When Nike announced former San Francisco 49ers quarterback Colin Kaepernick as the face of a new ad campaign, it intended to stir political controversy. And it worked. The first ad quickly garnered 80 million views on social media; it resulted in $43 million worth of free media exposure. The debate was furious, yes, but even the angriest Nike detractors still watched the ad. Shareholders rewarded the shoe-maker with all-time high stock prices.
But something else happened. The company was perhaps banking on Donald Trump to take the bait, and hoping to turn anger at him into support for its products. But a number of other unexpected players also ended up joining the fight. For instance, former Iranian President Mahmoud Ahmadinejad—who brutally repressed one of the first democratic protests to organize on social media while in power—has since become a noted Internet troll of US politics. While he is not known to be an American football fan, he saw an opening for geopolitics in Nike’s trending campaign. He offered effusive praise for Kaepernick and noted his exclusion from the NFL draft.
In turn, Senator Ted Cruz (R-TX) then saw this turn of events as a new front for domestic politics. He attacked Ahmadinejad, prompting a war of words between the former Iranian president and sitting US Senator over a sport brand’s support for an out-of-work NFL quarterback. Each had an ulterior motive, to leverage Nike’s marketing for their own battles. Ahmadinejad was using the classic tactic of “what-aboutism” to distract from Iran’s dismal human rights record, while Cruz was trying to use Iran’s support for Nike as a means to win support for his own re-election bid in Texas. Meanwhile, the very network of tens of thousands of Russian government-linked fake sockpuppet accounts and bots that had targeted the US election in 2016 also jumped into the fray, seeking to drive it all more viral with the goal of widening the divide in America.
What to do about it
Tactics like these could hit any company related to almost any controversy. Given the way that these brands found themselves drawn into the muck of online war, is there any way for businesses to steer clear of these issues? In short: no. Just as with cybersecurity, companies no longer have a choice in the matter. Conflict and politics now inhabit every corner of the digital landscape. Indeed, you can see it in your own Facebook feed, where friends and relatives post everything from vacation videos and product reviews alongside ads that turned out to be Russian propaganda. It is the reality of the internet, driven by the very same forces that allow “fake news” and disinformation to spread.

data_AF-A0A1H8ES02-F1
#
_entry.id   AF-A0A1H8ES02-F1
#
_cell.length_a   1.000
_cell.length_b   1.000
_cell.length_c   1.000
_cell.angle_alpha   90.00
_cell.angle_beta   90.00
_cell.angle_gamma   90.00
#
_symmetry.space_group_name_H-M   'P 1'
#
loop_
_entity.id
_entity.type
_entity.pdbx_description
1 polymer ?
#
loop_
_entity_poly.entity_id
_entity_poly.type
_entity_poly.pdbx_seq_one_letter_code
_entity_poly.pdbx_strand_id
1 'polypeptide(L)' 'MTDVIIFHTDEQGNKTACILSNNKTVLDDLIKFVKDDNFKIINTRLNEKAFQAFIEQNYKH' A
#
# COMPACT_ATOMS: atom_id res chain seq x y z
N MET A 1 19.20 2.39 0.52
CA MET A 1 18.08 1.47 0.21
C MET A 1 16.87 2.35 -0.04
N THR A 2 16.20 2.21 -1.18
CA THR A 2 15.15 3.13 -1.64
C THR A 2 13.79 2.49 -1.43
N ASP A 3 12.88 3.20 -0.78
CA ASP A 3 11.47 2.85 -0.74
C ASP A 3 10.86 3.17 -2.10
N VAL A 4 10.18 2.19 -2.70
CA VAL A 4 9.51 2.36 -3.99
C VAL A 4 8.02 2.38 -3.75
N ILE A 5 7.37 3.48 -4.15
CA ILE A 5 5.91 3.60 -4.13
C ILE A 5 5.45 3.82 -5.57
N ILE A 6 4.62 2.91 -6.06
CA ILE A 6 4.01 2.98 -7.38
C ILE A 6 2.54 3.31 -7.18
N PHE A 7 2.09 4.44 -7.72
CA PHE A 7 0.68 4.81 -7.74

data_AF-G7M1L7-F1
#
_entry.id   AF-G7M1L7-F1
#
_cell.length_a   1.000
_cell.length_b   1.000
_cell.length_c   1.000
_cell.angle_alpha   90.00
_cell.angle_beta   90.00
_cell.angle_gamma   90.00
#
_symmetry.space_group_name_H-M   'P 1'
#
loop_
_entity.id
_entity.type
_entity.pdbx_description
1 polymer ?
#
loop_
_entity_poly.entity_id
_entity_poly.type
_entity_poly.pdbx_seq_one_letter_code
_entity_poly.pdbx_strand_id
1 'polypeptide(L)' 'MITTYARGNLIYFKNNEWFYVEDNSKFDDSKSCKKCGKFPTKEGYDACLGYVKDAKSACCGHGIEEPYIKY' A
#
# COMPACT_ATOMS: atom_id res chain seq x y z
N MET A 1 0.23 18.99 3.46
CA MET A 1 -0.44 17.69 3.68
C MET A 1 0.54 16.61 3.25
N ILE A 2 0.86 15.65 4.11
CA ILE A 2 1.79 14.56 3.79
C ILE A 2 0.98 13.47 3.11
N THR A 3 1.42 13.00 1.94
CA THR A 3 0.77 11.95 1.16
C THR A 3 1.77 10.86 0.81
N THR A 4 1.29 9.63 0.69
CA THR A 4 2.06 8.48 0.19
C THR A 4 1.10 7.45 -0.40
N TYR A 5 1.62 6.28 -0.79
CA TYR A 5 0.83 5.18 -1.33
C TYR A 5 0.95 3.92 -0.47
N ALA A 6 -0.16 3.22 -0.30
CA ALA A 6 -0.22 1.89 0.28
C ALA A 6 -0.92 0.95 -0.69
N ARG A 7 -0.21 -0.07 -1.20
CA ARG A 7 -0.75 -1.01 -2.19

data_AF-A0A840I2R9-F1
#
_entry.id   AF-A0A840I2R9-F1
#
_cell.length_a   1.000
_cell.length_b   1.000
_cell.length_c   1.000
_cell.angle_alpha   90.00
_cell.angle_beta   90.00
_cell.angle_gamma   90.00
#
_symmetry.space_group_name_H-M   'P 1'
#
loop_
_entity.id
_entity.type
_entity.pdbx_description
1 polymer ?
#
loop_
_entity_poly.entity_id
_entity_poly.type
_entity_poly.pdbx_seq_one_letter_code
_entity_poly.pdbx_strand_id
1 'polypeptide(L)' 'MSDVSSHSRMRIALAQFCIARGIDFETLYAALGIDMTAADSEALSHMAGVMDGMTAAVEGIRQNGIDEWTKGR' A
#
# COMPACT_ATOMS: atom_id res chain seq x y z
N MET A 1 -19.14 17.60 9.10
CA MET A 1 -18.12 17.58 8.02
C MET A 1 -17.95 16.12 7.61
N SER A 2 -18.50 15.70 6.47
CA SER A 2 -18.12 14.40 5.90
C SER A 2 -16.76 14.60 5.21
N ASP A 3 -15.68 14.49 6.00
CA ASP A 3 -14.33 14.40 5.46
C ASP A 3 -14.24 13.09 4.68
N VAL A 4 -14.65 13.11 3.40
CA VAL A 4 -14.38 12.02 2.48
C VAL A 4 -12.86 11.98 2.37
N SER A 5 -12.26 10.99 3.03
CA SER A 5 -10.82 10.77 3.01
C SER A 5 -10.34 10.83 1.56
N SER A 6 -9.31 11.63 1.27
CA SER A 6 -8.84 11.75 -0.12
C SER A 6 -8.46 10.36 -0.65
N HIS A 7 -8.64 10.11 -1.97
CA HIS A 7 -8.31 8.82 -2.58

Instead, corporations can best deal with the age of LikeWar by preparing for it, just as they have had to do with “traditional” cybersecurity over the last decade. Business leaders must catch up their understanding of these new threats building beyond their networks, as well as map out their likely responses. This will also require having the difficult conversations that many companies would prefer to avoid: Should questions arise, where does the company stand on prickly political issues that are trending online? Will it ignore the fight or lean into it? What tone will it take, a quippy reply or stern-face condemnation? Will it even deploy the very same tools back, such as using its own army of bots and sockpuppets to steer the debate. Amazon, for example, has set up an effort that is a near mirror of units created by the Israeli and Russian militaries to influence online debate, while Facebook hired a PR company that used the very same disinformation tactics to smear its corporate opponents.
When even the firms that run the networks embrace the tactics of information war that pervade them, the lesson for business is the same as it is for governments: Start planning for the new ways that people fight online, or be the victim of the next “like war.”
P.W. Singer and Emerson Brooking are the authors of LikeWar: The Weaponization of Social Media.